Mexico: The Embroidered Box


The simple and beautiful Rococo-tee blouse, before modifying it.

A couple of weeks ago, Celina, my assistant in Oaxaca, informed me that a shipment of blouses we had been waiting for from Chiapas, Mexico had arrived. This was exciting for two reasons:

First, the women who make them live in a very remote pueblo where there are no phones and so our contact with them is difficult.

Second, we had asked them to make the blouses in a special way for us.

By “special” I mean we asked for them to NOT sew certain parts of the blouses together. I know that sounds odd but we

The possibilities are endless for what we can do with a diamond in the rough….

had been having such challenges with consistency in the construction of the blouses that we had decided it would be easier to finish them in Oaxaca with women we trained.

So, these blouses were to have the basic box shape, neck hole, and embroidered front with  sides unsewn. Well, the blouses did come in as we had ordered with a little “bonus”…..what looked to be a large bite taken out of the sides of each blouse (maybe done with a knife?). When asked, it turns out they were trying to “help” us in determining where to stitch the arm hole…..sigh…..

That little added “detail” to the blouse altered the way we had to finish it, but in the end, we came up with something beautiful.

Consistency in sizing and patterning remains a huge challenge in these regions. In reality, these concepts are very foreign to indigenous artisans in Oaxaca and Chiapas, which seems especially odd considering how textile traditions have dominated these cultures for centuries.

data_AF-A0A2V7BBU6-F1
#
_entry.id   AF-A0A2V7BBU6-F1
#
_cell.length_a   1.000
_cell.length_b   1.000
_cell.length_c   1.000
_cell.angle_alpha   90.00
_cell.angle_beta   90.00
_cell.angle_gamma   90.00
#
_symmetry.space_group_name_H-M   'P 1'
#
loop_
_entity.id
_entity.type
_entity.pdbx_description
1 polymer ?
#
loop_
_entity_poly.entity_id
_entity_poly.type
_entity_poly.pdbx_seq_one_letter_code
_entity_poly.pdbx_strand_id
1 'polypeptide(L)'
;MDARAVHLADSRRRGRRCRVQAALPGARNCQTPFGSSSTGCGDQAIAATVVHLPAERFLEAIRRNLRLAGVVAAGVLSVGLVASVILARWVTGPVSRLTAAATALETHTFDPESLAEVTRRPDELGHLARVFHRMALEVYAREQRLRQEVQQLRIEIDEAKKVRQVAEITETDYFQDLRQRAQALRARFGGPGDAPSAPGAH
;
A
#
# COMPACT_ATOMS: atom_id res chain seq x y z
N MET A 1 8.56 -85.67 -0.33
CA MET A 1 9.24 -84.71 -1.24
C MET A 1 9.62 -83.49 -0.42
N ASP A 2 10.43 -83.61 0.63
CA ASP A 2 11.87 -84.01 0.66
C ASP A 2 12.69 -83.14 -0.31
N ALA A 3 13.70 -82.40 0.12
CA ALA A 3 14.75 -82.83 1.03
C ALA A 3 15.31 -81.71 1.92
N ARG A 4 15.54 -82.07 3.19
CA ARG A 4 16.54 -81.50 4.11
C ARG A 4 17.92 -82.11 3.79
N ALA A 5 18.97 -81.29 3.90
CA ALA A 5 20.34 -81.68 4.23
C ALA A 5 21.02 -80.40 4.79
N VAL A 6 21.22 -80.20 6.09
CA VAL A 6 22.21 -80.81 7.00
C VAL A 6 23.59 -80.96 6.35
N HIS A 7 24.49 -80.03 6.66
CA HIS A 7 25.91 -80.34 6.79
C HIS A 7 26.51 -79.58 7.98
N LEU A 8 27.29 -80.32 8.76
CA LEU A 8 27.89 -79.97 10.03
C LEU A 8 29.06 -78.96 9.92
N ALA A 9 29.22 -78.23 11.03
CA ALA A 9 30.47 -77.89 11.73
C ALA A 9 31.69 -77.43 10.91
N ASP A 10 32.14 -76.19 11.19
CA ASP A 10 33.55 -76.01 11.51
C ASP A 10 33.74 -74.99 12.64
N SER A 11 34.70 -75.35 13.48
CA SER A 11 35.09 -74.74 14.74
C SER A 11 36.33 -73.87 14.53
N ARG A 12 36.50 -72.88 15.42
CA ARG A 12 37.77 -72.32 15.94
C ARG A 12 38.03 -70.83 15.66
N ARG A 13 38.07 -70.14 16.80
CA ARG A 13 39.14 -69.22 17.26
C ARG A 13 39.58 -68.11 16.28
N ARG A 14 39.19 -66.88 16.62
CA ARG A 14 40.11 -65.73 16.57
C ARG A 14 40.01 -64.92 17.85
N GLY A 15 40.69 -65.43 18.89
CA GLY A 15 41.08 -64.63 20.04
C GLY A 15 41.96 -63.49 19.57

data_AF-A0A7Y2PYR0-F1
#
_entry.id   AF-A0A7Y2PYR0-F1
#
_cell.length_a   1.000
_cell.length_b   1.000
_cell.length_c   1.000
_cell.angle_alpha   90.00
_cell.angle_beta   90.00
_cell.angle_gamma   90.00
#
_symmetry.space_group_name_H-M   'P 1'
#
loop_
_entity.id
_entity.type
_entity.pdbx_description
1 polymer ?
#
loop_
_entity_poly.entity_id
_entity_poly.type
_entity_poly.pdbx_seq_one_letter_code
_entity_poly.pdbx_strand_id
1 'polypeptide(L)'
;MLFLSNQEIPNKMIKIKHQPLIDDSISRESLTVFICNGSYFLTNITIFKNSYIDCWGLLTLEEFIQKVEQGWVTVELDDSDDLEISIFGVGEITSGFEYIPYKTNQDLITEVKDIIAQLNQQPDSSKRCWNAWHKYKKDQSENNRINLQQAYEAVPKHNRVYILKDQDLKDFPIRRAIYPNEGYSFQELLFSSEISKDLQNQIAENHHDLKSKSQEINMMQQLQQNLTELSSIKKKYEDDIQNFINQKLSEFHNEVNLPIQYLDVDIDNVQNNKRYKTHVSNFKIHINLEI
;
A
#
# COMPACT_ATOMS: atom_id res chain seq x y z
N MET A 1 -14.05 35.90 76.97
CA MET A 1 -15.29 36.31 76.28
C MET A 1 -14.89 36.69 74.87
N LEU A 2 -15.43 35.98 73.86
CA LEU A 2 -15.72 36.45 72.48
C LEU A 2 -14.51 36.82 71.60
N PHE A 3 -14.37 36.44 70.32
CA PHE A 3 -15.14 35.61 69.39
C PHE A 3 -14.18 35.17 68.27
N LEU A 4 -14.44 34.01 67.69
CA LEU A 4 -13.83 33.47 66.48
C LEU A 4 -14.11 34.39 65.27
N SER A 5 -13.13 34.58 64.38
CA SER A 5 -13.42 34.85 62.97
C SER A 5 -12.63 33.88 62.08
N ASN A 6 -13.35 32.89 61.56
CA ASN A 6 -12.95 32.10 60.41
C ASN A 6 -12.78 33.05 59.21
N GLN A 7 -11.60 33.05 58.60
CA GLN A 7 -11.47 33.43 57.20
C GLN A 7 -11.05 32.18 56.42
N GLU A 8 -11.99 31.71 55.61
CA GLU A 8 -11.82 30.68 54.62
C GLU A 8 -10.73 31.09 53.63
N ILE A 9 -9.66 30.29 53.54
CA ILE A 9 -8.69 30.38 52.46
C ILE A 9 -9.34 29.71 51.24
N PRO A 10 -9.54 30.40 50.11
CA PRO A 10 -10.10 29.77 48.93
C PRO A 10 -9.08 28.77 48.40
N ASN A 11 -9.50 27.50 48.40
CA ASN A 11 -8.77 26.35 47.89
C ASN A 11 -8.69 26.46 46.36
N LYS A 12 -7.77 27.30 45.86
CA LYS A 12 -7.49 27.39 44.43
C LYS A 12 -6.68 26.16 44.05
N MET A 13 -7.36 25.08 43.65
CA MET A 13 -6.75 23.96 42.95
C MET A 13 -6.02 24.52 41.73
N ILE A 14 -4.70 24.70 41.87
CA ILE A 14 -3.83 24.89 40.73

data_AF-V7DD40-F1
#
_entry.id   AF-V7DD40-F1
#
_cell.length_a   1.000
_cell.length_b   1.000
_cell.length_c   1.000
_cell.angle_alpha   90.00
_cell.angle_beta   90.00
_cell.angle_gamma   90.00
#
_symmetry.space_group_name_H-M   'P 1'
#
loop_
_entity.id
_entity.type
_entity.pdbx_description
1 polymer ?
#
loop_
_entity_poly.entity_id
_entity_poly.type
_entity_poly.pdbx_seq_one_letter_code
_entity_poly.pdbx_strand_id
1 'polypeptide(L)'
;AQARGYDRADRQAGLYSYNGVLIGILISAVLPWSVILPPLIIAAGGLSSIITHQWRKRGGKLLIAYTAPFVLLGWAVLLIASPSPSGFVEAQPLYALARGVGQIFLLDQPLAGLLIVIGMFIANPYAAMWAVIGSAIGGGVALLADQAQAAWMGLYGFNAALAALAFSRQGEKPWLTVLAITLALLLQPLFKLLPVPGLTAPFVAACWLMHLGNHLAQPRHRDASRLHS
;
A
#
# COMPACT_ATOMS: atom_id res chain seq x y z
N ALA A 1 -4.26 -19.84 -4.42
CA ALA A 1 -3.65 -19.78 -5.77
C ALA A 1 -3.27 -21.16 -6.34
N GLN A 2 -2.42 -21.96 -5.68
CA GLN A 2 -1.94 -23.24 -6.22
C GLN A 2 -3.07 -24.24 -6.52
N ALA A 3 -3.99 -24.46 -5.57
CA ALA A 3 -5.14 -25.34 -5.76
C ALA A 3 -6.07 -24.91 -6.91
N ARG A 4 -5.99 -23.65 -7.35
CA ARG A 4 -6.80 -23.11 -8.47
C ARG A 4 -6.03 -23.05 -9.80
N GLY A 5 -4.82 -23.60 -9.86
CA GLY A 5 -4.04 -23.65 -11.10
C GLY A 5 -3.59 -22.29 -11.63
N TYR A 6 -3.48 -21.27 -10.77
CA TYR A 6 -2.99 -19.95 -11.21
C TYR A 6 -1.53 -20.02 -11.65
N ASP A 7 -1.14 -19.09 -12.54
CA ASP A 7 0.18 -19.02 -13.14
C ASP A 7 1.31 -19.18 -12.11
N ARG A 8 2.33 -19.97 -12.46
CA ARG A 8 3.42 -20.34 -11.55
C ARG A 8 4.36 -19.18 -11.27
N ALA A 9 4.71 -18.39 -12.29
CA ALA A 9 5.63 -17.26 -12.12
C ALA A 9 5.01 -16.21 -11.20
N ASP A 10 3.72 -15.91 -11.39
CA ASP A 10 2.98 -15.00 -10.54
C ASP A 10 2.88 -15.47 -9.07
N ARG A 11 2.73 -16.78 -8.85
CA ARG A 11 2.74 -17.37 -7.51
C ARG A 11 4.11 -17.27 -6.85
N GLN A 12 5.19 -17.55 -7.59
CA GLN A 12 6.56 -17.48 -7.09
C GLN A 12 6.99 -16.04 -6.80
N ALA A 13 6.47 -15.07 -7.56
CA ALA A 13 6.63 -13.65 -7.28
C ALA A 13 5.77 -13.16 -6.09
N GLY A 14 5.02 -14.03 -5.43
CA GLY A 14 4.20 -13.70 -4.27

So, we take the hard part out of the equation and deliver blouses that are sized and well adapted to our American bodies for them to embroider. Easy, RIGHT?

Adele Hammond
Artist, traveler, and social entrepreneur, Adele Hammond divides her time between Hood River, Oregon and the home where her heart is, Oaxaca, Mexico. The raw texture and color of Mexico became a part of her life when a year abroad with her family in a small Zapotec pueblo outside the city of Oaxaca gradually evolved into an extraordinary five.

Adele blogs about the culture, the crafts, and the people of Oaxaca and Chiapas, Mexico as well as her experiences in working with indigenous artisans there. Her travels take her down the back roads and into the workshops and homes of these people, where their diverse, ancient traditions and crafts are still being practiced today.

Her business, Latin Threads Trading, showcases and brings to a world market the work of these talented artisans while encouraging enterprise and empowering individuals to flourish independently and through their communities.
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